The venue was parked. We were there early and could barely find parking. Old and young, the audience trudged towards the Wolf Trap entrance and we went to find our seating. It took off to a good start, the music reaching out from strong, professionally trained vocals to hug us like a warm memory. Our seats were nice enough that they offered us a price that would not break the bank and we could even make out the features of amazing performers. My aunt and I, seated next to one another, sang along with the audience and the performers, rocking ourselves side to side. Then we looked over at the kids and the invited children were looking bored out of their minds.

To say I was deflated, was an understatement.

My aunt whispered that they had never seen the movie --which was the reference point for both us and most likely for you--and my jaw hit the floor. Not only had the kids never seen the movie but their mother did not think there was anything odd about the fact that as children within an environment where they could have access to almost any information, their exposure was limited to hip shaking movements of Obesere, Sunny Ade and Yinka Ayefele.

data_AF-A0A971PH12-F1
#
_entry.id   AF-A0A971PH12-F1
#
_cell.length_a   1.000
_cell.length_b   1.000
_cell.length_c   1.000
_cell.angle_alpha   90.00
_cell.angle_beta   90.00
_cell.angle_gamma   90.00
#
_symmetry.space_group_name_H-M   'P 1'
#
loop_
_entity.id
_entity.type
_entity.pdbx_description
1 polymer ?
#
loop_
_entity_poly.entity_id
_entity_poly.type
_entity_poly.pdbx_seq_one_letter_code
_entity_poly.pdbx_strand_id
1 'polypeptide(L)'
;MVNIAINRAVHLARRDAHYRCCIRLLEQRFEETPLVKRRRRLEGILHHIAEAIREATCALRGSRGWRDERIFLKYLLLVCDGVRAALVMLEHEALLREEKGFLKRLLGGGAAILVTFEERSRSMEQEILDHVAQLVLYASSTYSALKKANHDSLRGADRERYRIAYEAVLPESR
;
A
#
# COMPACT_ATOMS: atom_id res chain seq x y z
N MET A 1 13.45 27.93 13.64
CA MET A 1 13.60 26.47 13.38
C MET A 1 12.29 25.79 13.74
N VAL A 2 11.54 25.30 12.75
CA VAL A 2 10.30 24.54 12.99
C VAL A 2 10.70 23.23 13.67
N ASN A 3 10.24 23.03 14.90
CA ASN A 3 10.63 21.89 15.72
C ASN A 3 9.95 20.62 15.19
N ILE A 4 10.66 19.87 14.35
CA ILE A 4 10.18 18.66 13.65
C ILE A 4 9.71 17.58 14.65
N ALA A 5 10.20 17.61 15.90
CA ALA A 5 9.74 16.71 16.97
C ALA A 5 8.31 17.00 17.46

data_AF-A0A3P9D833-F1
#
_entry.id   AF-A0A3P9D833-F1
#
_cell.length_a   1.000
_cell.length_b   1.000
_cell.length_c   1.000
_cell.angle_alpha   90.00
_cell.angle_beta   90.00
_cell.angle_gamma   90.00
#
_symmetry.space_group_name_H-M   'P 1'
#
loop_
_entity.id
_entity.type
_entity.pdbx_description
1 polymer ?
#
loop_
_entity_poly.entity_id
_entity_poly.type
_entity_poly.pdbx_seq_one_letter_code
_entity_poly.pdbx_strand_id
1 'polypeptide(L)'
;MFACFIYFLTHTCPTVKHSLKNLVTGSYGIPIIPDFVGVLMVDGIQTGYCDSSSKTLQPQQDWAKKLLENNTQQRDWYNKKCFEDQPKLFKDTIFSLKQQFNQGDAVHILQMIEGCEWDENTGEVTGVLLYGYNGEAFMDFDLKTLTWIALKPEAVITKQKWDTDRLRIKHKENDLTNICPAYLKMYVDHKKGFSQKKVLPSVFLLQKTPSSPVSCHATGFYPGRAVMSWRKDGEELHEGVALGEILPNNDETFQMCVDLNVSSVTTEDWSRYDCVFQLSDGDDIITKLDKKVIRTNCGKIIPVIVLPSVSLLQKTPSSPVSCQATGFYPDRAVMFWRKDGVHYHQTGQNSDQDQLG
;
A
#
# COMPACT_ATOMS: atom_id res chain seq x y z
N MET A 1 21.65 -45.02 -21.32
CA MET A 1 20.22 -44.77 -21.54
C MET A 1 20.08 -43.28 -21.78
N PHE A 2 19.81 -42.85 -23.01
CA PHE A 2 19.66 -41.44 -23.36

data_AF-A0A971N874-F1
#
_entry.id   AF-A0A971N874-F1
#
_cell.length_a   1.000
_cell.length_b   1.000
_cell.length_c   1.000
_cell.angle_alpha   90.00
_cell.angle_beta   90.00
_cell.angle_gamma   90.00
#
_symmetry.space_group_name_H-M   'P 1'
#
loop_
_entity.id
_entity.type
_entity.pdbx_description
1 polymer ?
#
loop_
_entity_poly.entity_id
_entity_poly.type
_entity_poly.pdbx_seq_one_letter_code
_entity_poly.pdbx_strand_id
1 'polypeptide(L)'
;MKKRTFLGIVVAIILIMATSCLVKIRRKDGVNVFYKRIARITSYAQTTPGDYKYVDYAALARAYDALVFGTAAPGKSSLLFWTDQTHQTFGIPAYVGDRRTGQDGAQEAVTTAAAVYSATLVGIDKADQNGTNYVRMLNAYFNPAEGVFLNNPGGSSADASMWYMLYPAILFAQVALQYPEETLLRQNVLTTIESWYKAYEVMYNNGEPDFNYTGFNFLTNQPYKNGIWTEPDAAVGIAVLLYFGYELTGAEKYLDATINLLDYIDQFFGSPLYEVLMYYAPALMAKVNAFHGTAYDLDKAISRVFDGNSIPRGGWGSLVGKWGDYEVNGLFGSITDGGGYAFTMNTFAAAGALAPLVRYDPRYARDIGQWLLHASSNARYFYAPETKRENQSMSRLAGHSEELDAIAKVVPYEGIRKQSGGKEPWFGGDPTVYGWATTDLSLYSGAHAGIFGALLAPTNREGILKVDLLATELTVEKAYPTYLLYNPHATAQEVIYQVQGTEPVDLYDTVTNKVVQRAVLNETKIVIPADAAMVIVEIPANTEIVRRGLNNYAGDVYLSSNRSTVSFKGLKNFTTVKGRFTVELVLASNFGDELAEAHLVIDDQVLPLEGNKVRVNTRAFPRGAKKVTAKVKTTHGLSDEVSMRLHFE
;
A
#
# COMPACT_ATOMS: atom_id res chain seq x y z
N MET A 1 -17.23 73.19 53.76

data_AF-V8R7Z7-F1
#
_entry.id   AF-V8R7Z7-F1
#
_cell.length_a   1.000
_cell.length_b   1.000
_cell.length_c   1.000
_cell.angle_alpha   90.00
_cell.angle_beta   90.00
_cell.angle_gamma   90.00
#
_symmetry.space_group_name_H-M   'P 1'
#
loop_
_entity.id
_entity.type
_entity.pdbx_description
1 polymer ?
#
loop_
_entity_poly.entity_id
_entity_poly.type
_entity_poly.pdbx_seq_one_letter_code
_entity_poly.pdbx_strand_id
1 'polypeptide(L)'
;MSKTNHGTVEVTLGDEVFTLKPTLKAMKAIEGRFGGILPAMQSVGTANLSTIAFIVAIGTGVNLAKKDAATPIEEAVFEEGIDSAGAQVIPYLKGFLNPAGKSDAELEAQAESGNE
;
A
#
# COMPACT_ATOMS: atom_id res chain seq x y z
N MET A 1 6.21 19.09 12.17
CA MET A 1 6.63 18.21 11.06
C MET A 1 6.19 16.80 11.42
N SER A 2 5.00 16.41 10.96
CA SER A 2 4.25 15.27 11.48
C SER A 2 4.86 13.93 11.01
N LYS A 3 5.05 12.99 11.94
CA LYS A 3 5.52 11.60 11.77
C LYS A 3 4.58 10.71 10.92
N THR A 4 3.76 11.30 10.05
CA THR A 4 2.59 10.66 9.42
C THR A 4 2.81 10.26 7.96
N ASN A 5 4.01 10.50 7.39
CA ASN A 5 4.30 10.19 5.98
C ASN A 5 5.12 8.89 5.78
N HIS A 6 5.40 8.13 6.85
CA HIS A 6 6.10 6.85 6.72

The kids had never been taken to a stage performance before; in fact were confused as to what was happening during the intermission.

I did not know what to think. I am not going to tell you that their lives are infinitely and permanently marred because they have never read any Western Classics or seen movies like, My Fair Lady, Oklahoma, Seven Brides for Seven Brothers or even Koku Baboni, Ralia The Sugar Girl etc because there are millions of children around the world who haven't either and are quite fine.